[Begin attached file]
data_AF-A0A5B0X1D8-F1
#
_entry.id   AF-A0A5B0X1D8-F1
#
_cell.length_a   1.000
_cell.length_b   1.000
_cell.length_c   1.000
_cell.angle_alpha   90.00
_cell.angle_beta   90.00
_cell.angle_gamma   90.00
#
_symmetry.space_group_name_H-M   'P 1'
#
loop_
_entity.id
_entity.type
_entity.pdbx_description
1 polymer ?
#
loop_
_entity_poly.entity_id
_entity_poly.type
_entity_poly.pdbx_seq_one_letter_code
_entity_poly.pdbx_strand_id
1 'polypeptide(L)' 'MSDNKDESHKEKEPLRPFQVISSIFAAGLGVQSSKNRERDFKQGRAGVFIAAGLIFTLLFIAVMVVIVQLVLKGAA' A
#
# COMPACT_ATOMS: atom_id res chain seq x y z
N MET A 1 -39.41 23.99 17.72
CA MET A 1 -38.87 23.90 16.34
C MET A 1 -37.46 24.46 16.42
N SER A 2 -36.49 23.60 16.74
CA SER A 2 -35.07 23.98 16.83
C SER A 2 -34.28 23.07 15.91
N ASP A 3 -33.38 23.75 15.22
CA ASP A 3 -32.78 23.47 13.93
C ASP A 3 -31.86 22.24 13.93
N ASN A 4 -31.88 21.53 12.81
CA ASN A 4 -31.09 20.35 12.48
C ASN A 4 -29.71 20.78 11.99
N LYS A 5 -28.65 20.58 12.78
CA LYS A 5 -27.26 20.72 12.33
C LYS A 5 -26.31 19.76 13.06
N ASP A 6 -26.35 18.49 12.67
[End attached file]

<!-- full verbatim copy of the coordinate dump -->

data_AF-A0A5B0X1D8-F1
#
_entry.id   AF-A0A5B0X1D8-F1
#
_cell.length_a   1.000
_cell.length_b   1.000
_cell.length_c   1.000
_cell.angle_alpha   90.00
_cell.angle_beta   90.00
_cell.angle_gamma   90.00
#
_symmetry.space_group_name_H-M   'P 1'
#
loop_
_entity.id
_entity.type
_entity.pdbx_description
1 polymer ?
#
loop_
_entity_poly.entity_id
_entity_poly.type
_entity_poly.pdbx_seq_one_letter_code
_entity_poly.pdbx_strand_id
1 'polypeptide(L)' 'MSDNKDESHKEKEPLRPFQVISSIFAAGLGVQSSKNRERDFKQGRAGVFIAAGLIFTLLFIAVMVVIVQLVLKGAA' A
#
# COMPACT_ATOMS: atom_id res chain seq x y z
N MET A 1 -39.41 23.99 17.72
CA MET A 1 -38.87 23.90 16.34
C MET A 1 -37.46 24.46 16.42
N SER A 2 -36.49 23.60 16.74
CA SER A 2 -35.07 23.98 16.83
C SER A 2 -34.28 23.07 15.91
N ASP A 3 -33.38 23.75 15.22
CA ASP A 3 -32.78 23.47 13.93
C ASP A 3 -31.86 22.24 13.93
N ASN A 4 -31.88 21.53 12.81
CA ASN A 4 -31.09 20.35 12.48
C ASN A 4 -29.71 20.78 11.99
N LYS A 5 -28.65 20.58 12.78
CA LYS A 5 -27.26 20.72 12.33
C LYS A 5 -26.31 19.76 13.06
N ASP A 6 -26.35 18.49 12.67